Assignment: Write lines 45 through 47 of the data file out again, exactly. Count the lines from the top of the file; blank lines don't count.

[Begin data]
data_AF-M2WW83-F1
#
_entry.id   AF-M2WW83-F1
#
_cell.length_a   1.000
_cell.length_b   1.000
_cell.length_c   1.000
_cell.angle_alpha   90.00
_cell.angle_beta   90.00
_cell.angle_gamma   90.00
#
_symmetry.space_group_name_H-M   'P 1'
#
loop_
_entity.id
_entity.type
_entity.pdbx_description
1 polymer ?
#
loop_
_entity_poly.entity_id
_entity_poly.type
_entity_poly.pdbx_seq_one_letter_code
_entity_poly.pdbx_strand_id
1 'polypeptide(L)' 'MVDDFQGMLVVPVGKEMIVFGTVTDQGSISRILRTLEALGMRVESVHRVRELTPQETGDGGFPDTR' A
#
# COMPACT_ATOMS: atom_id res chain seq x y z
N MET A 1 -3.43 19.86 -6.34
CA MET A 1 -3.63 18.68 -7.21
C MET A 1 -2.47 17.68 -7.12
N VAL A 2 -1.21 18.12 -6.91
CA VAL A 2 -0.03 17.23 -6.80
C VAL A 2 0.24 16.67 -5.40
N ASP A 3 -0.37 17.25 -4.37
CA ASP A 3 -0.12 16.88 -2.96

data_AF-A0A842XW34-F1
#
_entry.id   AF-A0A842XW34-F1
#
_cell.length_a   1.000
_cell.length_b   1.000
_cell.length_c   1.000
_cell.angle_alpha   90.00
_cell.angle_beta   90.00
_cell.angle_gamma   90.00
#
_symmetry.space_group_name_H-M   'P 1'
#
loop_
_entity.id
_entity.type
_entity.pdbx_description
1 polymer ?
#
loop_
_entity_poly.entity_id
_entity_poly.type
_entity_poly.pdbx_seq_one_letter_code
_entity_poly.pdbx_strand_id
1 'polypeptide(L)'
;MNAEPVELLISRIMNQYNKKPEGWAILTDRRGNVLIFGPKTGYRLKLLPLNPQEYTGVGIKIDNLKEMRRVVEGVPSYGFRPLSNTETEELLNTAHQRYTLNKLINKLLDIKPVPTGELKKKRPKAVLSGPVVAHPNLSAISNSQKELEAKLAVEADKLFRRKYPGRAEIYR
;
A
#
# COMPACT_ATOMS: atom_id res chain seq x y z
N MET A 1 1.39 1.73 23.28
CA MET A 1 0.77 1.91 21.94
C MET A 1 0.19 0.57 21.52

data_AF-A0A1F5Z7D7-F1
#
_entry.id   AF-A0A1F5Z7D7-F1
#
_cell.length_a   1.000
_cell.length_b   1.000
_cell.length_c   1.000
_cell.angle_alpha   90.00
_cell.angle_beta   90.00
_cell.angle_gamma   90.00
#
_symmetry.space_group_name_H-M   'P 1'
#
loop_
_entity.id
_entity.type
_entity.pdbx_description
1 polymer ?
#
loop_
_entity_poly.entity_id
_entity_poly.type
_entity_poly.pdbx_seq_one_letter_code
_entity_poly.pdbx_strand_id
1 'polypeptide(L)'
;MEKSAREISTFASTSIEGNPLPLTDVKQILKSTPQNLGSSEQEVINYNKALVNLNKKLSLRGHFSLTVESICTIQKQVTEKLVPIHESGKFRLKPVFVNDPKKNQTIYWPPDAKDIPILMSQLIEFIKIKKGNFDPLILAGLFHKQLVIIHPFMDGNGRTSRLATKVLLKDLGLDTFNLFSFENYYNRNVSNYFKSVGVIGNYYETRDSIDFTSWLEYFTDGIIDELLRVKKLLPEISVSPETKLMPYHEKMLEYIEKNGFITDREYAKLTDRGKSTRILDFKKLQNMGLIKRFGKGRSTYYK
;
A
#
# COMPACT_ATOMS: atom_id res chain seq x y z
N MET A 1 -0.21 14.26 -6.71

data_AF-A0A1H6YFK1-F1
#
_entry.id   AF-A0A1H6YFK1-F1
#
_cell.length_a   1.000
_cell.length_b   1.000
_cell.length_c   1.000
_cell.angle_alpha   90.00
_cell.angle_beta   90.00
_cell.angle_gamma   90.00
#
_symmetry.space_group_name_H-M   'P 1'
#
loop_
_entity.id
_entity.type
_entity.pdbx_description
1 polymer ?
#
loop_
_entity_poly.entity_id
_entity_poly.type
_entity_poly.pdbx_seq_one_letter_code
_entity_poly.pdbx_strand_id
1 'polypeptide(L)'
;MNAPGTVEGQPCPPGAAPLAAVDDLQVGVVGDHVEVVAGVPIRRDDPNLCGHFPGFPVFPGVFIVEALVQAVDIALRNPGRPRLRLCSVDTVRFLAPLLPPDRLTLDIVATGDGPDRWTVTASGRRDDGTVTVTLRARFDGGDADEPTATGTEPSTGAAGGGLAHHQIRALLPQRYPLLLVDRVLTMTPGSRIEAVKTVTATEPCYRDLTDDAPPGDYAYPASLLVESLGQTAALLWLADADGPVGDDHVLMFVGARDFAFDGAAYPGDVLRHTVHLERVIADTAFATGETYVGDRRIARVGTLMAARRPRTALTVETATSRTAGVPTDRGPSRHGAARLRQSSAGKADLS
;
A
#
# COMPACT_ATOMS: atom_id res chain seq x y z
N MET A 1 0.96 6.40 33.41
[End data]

_cell.angle_gamma   90.00
#
_symmetry.space_group_name_H-M   'P 1'